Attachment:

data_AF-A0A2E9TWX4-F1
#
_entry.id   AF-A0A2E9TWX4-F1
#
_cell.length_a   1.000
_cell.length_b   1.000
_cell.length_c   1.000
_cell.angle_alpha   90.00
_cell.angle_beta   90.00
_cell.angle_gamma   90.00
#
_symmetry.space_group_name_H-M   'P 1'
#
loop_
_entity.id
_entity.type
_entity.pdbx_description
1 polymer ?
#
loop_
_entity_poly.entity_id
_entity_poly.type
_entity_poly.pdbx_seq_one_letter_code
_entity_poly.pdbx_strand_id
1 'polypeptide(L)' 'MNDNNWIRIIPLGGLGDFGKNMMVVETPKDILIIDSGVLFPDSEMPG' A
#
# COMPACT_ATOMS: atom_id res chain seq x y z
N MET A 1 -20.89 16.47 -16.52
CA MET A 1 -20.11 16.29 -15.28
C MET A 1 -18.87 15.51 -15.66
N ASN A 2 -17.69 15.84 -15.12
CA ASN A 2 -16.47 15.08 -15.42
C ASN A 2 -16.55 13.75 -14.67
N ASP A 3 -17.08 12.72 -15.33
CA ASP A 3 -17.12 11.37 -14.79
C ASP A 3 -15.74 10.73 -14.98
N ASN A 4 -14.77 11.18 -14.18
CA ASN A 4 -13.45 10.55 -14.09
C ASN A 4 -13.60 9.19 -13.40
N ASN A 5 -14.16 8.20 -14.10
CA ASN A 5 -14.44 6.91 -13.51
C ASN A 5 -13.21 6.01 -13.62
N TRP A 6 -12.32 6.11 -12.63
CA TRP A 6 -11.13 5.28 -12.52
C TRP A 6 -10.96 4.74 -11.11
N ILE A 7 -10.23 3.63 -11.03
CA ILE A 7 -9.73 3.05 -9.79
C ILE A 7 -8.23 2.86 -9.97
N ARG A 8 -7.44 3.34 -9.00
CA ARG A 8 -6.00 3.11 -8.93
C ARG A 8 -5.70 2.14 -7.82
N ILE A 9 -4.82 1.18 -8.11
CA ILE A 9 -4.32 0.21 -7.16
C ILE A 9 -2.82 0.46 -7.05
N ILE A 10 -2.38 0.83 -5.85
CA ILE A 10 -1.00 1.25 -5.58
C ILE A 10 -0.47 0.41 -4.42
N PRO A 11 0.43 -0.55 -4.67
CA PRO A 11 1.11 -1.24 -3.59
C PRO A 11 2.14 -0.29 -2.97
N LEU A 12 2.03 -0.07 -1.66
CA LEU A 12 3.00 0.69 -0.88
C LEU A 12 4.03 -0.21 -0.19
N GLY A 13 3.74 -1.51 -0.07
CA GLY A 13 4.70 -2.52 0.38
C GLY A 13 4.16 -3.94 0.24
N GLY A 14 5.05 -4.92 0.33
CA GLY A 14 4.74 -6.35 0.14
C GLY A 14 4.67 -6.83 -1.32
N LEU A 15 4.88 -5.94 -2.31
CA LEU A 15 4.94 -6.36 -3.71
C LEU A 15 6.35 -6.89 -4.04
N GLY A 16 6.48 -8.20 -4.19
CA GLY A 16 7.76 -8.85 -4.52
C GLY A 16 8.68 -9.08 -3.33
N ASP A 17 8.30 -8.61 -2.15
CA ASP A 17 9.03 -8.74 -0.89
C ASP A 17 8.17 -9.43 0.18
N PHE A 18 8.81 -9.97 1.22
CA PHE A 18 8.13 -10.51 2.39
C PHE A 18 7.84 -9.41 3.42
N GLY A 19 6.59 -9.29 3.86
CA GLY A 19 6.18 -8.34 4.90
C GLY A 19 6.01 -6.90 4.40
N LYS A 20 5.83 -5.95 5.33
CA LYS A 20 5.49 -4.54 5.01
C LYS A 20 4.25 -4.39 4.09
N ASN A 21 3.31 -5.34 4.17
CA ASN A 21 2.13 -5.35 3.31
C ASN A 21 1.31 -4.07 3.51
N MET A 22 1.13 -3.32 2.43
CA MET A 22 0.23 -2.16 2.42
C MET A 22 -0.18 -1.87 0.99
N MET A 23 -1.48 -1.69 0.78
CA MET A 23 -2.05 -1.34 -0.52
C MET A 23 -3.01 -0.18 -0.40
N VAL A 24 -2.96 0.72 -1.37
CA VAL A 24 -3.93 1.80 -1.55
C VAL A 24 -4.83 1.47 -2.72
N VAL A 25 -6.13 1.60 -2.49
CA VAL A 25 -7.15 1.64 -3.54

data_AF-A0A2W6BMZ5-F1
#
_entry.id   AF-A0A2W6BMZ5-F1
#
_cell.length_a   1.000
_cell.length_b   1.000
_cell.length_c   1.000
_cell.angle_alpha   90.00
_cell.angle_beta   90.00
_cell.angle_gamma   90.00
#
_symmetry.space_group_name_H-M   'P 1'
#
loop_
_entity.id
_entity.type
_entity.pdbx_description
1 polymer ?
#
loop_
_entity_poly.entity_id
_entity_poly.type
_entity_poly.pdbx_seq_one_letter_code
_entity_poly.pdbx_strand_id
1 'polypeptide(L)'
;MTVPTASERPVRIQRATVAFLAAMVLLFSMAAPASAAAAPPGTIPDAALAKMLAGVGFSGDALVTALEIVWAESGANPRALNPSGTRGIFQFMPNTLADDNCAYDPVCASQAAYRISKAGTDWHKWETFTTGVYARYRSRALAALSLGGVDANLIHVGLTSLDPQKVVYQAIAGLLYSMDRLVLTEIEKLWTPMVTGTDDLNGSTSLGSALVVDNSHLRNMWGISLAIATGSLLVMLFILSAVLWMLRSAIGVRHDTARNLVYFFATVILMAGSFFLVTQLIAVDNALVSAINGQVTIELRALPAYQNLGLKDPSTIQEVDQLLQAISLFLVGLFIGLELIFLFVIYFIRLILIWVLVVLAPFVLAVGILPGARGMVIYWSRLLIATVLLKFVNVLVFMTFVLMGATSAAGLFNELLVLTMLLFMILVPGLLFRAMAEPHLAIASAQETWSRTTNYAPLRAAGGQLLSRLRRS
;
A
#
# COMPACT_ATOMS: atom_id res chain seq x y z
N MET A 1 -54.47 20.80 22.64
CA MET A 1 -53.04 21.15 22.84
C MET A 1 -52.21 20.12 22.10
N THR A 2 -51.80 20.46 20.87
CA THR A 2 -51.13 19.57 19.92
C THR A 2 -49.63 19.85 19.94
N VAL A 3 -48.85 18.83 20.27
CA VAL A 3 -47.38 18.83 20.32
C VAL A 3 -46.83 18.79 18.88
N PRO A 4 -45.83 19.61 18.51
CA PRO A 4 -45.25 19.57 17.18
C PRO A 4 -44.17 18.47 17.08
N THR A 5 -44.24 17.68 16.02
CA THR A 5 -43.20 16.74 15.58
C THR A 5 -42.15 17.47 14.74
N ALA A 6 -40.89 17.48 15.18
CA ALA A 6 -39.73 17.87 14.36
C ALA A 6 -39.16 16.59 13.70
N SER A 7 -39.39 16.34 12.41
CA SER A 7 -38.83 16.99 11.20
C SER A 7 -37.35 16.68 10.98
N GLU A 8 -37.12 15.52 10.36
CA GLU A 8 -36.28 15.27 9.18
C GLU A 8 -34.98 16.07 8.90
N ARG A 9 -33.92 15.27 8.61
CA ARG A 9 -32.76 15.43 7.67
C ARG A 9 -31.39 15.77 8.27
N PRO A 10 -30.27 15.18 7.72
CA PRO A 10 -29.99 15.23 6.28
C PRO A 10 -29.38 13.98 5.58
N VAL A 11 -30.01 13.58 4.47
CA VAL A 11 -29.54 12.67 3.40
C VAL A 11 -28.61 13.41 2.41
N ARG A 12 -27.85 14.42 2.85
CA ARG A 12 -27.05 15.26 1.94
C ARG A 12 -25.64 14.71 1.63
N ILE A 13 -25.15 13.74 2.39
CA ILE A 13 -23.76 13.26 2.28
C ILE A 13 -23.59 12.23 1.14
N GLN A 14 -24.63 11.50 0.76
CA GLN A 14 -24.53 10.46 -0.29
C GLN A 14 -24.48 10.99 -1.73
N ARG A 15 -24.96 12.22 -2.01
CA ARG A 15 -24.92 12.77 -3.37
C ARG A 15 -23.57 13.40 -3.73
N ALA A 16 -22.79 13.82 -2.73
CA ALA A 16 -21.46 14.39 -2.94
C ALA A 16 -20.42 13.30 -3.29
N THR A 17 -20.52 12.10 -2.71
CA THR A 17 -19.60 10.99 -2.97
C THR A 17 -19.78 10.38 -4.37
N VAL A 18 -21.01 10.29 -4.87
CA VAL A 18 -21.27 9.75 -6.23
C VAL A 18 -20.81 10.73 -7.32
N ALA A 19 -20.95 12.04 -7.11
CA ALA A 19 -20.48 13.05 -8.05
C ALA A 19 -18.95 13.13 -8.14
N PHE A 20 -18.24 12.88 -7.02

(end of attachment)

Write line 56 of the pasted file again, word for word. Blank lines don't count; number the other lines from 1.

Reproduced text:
CA ILE A 10 -1.00 1.25 -5.58